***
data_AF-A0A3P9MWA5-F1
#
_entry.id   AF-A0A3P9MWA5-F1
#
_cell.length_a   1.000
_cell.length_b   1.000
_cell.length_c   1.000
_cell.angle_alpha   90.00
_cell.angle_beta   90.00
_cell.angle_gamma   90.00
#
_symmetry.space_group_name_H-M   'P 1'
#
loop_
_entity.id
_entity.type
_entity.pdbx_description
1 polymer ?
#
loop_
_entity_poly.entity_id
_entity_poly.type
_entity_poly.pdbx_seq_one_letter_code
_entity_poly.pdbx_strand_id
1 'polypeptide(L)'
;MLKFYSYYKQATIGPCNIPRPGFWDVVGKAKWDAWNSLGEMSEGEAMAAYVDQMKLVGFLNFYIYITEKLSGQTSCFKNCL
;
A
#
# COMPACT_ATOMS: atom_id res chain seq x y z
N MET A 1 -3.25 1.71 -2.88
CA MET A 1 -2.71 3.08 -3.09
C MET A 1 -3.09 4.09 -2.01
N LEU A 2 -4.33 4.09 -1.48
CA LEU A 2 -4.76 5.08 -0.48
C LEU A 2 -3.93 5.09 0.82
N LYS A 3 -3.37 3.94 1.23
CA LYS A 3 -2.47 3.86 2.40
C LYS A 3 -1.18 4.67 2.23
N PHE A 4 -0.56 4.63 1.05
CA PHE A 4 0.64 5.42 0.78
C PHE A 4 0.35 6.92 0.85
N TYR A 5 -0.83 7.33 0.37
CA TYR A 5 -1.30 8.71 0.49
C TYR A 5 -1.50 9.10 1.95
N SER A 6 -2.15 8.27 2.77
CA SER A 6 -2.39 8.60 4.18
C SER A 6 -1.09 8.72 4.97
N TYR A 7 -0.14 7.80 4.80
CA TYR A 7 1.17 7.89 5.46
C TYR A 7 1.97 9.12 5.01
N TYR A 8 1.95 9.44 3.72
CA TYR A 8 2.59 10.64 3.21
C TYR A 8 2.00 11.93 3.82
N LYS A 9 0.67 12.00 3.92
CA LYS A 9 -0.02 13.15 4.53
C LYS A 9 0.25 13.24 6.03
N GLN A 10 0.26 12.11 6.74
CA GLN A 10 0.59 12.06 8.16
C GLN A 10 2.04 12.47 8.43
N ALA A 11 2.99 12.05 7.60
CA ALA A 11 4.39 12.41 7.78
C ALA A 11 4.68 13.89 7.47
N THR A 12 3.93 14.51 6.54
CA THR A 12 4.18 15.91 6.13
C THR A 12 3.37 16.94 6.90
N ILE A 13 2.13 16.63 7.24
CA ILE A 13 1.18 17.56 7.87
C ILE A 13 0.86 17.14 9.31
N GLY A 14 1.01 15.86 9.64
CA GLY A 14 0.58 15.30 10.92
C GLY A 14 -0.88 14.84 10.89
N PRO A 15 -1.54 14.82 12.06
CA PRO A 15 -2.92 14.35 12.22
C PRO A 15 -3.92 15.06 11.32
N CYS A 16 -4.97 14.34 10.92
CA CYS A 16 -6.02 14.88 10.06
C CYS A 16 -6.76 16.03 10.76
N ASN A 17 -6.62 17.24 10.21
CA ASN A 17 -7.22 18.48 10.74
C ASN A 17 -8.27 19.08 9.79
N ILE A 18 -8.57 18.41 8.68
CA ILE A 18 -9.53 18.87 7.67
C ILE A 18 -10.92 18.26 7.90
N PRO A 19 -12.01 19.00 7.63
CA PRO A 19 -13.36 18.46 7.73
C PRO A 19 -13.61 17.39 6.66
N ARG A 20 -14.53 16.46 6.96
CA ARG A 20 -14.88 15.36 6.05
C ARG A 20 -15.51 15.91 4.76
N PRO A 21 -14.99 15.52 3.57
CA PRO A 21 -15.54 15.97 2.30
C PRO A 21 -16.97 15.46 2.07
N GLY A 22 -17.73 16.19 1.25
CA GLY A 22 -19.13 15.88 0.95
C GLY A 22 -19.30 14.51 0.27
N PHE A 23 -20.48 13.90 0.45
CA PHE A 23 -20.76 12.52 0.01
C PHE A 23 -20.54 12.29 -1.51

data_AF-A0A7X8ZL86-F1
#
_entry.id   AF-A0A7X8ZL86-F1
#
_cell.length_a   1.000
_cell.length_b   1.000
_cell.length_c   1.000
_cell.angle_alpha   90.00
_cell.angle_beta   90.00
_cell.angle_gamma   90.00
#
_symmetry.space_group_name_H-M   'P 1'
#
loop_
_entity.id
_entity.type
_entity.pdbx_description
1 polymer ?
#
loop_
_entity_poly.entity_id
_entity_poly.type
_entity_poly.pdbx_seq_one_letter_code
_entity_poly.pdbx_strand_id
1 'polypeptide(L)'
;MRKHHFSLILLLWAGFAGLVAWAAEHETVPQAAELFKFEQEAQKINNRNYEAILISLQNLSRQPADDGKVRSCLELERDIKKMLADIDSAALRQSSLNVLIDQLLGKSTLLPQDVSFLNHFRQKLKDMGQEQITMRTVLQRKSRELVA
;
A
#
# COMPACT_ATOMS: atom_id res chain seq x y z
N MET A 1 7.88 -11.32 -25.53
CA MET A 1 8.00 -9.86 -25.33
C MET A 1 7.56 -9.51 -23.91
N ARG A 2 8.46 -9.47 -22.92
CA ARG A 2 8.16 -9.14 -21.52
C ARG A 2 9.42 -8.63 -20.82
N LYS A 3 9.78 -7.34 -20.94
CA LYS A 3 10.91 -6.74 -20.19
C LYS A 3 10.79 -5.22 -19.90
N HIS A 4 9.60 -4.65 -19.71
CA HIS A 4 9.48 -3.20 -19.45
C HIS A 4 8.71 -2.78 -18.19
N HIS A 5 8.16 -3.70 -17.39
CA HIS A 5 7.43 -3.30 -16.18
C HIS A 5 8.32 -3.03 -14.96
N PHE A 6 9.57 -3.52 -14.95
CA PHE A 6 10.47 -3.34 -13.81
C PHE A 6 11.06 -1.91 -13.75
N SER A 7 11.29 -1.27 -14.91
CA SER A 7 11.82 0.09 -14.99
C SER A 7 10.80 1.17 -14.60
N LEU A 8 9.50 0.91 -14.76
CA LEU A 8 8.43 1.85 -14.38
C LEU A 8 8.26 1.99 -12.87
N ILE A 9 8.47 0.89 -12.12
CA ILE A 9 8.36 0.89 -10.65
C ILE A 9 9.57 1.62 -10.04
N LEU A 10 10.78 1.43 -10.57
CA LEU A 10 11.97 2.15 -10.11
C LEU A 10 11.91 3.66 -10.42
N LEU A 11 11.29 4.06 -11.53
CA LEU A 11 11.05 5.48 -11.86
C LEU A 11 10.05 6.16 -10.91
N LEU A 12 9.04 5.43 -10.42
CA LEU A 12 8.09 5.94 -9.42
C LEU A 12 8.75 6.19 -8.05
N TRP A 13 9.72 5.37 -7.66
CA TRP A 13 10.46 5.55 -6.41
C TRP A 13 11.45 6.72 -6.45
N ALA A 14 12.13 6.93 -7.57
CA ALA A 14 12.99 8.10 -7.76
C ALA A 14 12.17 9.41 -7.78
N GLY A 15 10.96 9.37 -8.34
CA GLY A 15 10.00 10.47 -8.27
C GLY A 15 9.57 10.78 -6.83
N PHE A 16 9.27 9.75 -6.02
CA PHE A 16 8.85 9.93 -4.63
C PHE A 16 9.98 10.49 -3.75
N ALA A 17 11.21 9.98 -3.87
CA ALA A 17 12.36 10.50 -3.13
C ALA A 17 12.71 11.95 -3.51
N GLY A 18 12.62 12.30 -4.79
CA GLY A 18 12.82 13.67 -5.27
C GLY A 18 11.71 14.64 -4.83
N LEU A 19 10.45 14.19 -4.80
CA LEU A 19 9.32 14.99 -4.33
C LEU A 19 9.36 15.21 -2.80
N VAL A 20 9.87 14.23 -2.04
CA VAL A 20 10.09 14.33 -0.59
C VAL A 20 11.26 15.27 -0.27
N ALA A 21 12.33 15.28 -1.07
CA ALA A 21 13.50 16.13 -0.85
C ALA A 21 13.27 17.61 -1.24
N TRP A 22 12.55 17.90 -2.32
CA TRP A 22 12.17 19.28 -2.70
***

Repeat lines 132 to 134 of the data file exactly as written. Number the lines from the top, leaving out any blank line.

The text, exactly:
C MET A 1 7.56 -9.51 -23.91
N ARG A 2 8.46 -9.47 -22.92
CA ARG A 2 8.16 -9.14 -21.52